A lot of broken bones and the like are through stupidity so eventually you'd have to make everybody pay for their injury. Where would you draw the line?


User currently offlineEL-AL From Israel, joined Oct 2001, 1358 posts, RR: 14
Reply 16, posted (3 years 5 months 3 weeks 1 day 14 hours ago) and read 1354 times:

Israel has a mandatory health insurance low, every Israeli must have an health insurance in one of 5 companies competing each other known as 'health funds' . Payment is done according to one's salary - the more you earn the more you pay, and the other way around. The insurance include what most people need, yet the funds can sell you additional aspects to the insurance if a patient thinks he needs one. I only have the basic one, it covers pretty much everything, my doctor is great, by the way.

Israel's health system is considered to be one of the best in the world, and the life expectancy of the Israelis is among the highest in the world. It is common that patients from other parts of the world come to be treated in Israeli hospitals, mainly from Eastern Europe.



"In Israel, on order to be a realist, one's must believe in miracles" - David Ben Gurion.
User currently offlineflipdewaf From United Kingdom, joined Jul 2006, 1578 posts, RR: 0
Reply 17, posted (3 years 5 months 3 weeks 1 day 14 hours ago) and read 1324 times:
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Quoting ajd1992 (Reply 15):
Where would you draw the line?

FAT PEOPLE!!!!!! I cant be dealing with them, unless you are found to have a specific problem then there are no excuses! EAT LESS, EXERCISE MORE!!!! they should also be allowed less luggage on flights but that isnt for this thread.

Fred


User currently offlineALTF4 From United States of America, joined Jul 2010, 1214 posts, RR: 4
Reply 18, posted (3 years 5 months 3 weeks 1 day 13 hours ago) and read 1321 times:

Quoting gosimeon (Reply 8):
Wow, you've got quite the deal there! How come it is on averga emore expensive in the US, but your deal is so good? Young and healthy I guess?!

Young and healthy for one, so I don't have to pay much in the way of copays, etc.

Also, the company I work for has some incredible benefits, so I'm hardly paying anything. They are, I'm sure, paying quite a bit though.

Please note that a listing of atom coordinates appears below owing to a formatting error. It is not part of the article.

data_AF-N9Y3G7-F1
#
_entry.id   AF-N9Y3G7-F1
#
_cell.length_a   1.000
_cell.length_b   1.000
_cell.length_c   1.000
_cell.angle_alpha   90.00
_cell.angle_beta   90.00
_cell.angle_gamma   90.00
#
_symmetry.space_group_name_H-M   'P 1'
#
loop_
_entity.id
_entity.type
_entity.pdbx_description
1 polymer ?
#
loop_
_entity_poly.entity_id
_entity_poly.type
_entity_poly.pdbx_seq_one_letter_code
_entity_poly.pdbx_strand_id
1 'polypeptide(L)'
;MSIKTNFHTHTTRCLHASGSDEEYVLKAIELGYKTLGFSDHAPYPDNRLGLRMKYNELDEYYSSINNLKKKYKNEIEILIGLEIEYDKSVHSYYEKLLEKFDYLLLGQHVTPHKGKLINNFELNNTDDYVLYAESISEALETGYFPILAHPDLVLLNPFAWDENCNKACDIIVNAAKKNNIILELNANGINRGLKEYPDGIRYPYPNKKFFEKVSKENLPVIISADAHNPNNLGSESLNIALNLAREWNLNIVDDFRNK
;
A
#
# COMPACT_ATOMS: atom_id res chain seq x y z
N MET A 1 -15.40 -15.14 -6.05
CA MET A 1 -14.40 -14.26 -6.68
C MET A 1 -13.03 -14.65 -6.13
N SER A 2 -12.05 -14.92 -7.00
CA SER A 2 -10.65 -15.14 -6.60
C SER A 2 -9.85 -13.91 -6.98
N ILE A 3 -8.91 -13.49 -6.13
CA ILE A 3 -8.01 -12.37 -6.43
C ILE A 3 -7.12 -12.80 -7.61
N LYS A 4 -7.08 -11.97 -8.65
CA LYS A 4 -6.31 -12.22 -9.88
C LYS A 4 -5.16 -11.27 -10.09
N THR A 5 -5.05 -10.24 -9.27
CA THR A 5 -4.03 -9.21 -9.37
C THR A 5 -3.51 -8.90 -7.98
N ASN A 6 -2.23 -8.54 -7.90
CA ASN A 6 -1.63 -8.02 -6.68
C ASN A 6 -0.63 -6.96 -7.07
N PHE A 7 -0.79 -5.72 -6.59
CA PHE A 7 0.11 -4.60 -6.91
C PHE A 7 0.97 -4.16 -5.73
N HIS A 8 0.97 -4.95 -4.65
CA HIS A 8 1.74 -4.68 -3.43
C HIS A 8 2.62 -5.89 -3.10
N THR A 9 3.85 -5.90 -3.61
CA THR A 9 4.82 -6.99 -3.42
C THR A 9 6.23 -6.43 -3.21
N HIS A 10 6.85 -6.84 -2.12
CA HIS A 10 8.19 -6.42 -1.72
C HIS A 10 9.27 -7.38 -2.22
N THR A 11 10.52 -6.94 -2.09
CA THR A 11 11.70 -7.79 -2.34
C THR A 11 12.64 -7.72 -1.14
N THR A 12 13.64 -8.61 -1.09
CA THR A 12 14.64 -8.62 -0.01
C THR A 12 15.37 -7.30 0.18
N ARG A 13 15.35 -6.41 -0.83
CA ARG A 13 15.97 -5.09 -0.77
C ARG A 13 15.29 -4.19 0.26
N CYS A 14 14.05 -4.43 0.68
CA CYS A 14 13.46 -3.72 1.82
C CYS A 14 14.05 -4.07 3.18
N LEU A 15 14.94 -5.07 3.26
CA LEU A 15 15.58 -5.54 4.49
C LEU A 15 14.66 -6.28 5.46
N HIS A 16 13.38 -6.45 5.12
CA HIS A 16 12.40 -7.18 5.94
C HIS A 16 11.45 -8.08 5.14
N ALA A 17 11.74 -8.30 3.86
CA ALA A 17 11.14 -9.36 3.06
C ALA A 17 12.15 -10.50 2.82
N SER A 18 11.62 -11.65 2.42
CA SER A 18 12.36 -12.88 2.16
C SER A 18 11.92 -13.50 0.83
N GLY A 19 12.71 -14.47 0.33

The above post is my opinion. Don't like it? Don't read it.
User currently offlineNoUFO From Germany, joined Apr 2001, 7966 posts, RR: 12
Reply 19, posted (3 years 5 months 3 weeks 1 day 13 hours ago) and read 1302 times:

Quoting ajd1992 (Reply 15):
A lot of broken bones and the like are through stupidity so eventually you'd have to make everybody pay for their injury. Where would you draw the line?

Accidents are accidents and naturally differ from sickness and illness. You would have to pay into an accident insurance which probably would like to know about your lifestyle to calculate the risk. If you go skiing and 'forget' to tell them that you do, you'd have to cover parts of the costs.



I support the right to arm bears
User currently offlineMoltenRock From , joined Dec 1969, posts, RR:
Reply 20, posted (3 years 5 months 3 weeks 1 day 10 hours ago) and read 1258 times:

The US healthcare insurance system is so ridiculously bad it's hard to fathom until you've had the displeasure of being in it, and actually needing it. I was in an auto accident a number of years ago and spent a few weeks in the hospital. Trying to simply figure out what is charged by the hospital, what is written off, what is paid by insurance, and who gets what is a Sisyphean task. When a surgery is needed, no one can even tell you how much it will cost in total, or what your share will be. Not even a good faith estimate, like you would get when buying a home using a mortgage.

I have also lived in Prague, and now Singapore. I must say the way Singapore handles its healthcare system is pretty admirable, efficient, and clearly defined of what everything will cost. From what I understand China has adopted a similar system to Singapore for their new healthcare initiative.


User currently offlineAesma From Reunion, joined Nov 2009, 6962 posts, RR: 12
Reply 21, posted (3 years 5 months 3 weeks 1 day 7 hours ago) and read 1210 times:

I experienced the NHS once, I was visiting family on the Isle of Wight and had some stitches on the head to remove, it was a good experience, not much waiting and nothing to pay.

Here in France the system is good overall but is not improving (Sarkozy added some things to pay that weren't there before, like one euro for each drug box, and each doctor's visit). At the moment I'm healthy so I don't pay too much attention. The financing is by a tax on salaries, around 7,50 %. In fact it's a tax on money you earn so it is also applicable to financial and games gains. That tax also pays for some other stuff, like a minimum pension for old people who didn't work enough, money for parents (poor and rich alike), money to help those on the minimum wage and students to pay for rent, etc. Everybody gets health coverage with this, and people with no money are taken care of (if they really have nothing, they don't pay the 1€ I talked about, but people with as little as 800€/month and possibly big medical conditions have to pay). Now, if you don't want the cheapest dental work or glasses, you can take a private insurance, that will cover those, and things like contraception, better amenities if you end up at the hospital, etc. It's relatively cheap, my current plan is 30€/month and I can buy 300€ in glasses alone so I wonder how they make money (actually, I don't bother to buy new glasses every year so that's probably how). People with no job can also get that private insurance for free, so most people have it. Also, I said private insurance but they usually are owned by the customers so they actually don't need to make money for shareholders.